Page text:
This is somewhat unrelated, but a story of resiliency. My sister-in-law has downs syndrome. She participates in a choir for individuals with disabilities. Last night they had a fundraiser.
I was looking at the faces of all the choir participants and was thinking of their parents. What hardship and joy had the disabilities of their children brought? How have they (as parents) survived when tough decisions had to be made or even day-to-day living when things were not easy?
It was clear that some of these people had more assistance or care than others. In the group there were two faces that stood out the most. The first was a gal with spinal bifida (I believe). She was in a wheel chair and had very little muscle control. She was not able to fully participate, but I sensed she was there to be a part of something. She continually made eye contact with me. Although she had little control of her mouth, her eyes were smiling. I wondered what was happening in her mind that she could not express via her body.
The second face was a gal who was visually impaired and had another disability. I have seen her before at other functions. I am inspired each time that I see her. She is always an active participant who wears a smile. Her face brings those around her a great deal of joy. I could see the others in the group standing near or assisting her were also struck by her positivity.
In watching these two interact with the other members of the choir I thought about internal strength. These individuals have survived a great deal of hardship in their life time; yet, they still are able to smile and find pleasure in life.
To me this is a story about resiliency and overcoming barriers. It is not directly related to infertility however I think as we move through these difficult processes on our path to growing our families we can learn a great deal from others who have struggled to accept their bodies and minds.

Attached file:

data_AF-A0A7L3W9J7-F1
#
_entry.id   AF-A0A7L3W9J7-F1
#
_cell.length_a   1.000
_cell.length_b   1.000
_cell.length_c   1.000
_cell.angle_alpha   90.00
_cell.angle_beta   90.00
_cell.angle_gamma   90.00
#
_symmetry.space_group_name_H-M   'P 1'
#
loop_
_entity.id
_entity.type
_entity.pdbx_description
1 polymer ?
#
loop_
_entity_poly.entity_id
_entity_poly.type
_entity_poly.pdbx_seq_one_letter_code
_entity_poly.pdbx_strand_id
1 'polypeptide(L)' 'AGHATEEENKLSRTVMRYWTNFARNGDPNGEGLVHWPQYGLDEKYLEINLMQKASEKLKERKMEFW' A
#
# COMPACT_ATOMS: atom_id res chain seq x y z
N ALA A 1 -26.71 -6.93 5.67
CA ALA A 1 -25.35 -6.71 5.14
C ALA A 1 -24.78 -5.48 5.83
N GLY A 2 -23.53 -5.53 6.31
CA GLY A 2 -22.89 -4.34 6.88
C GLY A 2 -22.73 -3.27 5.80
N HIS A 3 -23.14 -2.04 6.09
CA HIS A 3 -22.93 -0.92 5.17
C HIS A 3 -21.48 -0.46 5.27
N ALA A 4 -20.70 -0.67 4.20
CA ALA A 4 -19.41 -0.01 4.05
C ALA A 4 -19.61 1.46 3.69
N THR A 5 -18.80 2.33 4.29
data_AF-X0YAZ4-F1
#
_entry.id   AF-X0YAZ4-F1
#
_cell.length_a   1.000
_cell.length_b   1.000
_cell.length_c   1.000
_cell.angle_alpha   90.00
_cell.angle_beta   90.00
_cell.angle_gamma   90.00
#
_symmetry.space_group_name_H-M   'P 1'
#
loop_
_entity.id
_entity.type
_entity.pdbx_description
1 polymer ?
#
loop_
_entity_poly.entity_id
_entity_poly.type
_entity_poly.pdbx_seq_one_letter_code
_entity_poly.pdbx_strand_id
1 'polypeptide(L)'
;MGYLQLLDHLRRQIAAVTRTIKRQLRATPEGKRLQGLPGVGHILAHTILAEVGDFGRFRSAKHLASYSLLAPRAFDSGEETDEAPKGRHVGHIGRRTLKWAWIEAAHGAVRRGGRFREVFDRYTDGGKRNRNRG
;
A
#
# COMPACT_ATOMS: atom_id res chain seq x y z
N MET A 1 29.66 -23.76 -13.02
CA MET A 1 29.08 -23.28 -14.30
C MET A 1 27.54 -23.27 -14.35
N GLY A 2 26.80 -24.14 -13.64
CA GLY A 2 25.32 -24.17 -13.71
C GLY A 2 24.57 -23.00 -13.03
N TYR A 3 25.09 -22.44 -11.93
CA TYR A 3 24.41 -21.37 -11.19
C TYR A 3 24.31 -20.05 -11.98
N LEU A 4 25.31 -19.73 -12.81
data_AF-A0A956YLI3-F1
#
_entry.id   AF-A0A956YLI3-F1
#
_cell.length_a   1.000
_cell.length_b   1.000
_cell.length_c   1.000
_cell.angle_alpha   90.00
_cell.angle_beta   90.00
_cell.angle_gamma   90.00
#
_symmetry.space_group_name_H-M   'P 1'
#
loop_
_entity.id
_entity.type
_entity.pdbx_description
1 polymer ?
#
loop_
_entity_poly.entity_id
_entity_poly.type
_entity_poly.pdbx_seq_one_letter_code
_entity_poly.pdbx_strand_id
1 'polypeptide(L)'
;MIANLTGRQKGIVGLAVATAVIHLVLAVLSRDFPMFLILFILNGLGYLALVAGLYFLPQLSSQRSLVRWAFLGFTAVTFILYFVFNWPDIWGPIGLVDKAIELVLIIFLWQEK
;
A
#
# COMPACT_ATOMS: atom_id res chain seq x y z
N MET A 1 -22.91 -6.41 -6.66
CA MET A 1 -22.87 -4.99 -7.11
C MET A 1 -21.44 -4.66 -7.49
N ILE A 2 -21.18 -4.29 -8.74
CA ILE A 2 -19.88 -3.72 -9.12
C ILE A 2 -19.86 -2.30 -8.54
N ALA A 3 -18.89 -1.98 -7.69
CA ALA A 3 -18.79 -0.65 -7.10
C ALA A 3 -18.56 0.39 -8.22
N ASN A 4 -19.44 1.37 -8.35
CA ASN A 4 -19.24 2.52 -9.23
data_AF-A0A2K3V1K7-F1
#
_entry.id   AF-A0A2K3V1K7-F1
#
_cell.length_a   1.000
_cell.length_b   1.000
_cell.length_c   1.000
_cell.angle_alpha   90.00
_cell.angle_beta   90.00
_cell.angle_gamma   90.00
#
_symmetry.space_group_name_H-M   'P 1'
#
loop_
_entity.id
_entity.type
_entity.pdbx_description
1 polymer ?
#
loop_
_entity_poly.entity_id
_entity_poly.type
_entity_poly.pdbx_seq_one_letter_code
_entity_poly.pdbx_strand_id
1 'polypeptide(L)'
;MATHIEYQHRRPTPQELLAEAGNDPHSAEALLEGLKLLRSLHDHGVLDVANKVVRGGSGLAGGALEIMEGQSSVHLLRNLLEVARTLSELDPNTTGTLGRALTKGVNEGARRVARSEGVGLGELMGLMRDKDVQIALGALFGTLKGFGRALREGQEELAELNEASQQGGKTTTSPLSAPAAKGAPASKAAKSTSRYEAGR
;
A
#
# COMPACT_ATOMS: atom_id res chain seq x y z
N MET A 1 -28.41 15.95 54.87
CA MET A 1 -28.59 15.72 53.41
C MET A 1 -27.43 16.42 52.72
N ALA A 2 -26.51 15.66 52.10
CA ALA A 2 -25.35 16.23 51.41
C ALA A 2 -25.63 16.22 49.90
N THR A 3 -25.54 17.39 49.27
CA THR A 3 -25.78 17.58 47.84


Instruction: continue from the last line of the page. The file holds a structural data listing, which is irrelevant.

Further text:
Stay strong. Be resilient. Learn from others.
When I went through my first round of IVF I started a journal to help me process my thoughts. I also thought that my journal could be a great resource for someone else if I decided to pass it on. Along the way I found myself wondering about heredity of infertility. I wondered what the possibility would be of my son/daughter having similar infertility issues. I took it one step further and thought about what it might be like to share my journal entries with a future child.
Through my journaling I found had two types of thinking:
1) My journal is here to support you, should you find yourself in a similar position.
2) When my son/daughter is a rebelious teen, they will know what awful process I went through to have them. (Yikes)
I always came back to the realization that I can’t use the method and stress of the infertility treatments to manipulate my kid. My kid had nothing to do with that process or hardship. Making him/her feel guilty for our infertility issues is a weight that he/she shouldn’t have to carry. Therefore, use your experience to teach resiliency and strength to your child. Use your experience to show them that they can make it through some tough times. In the end, you may also learn something about yourself.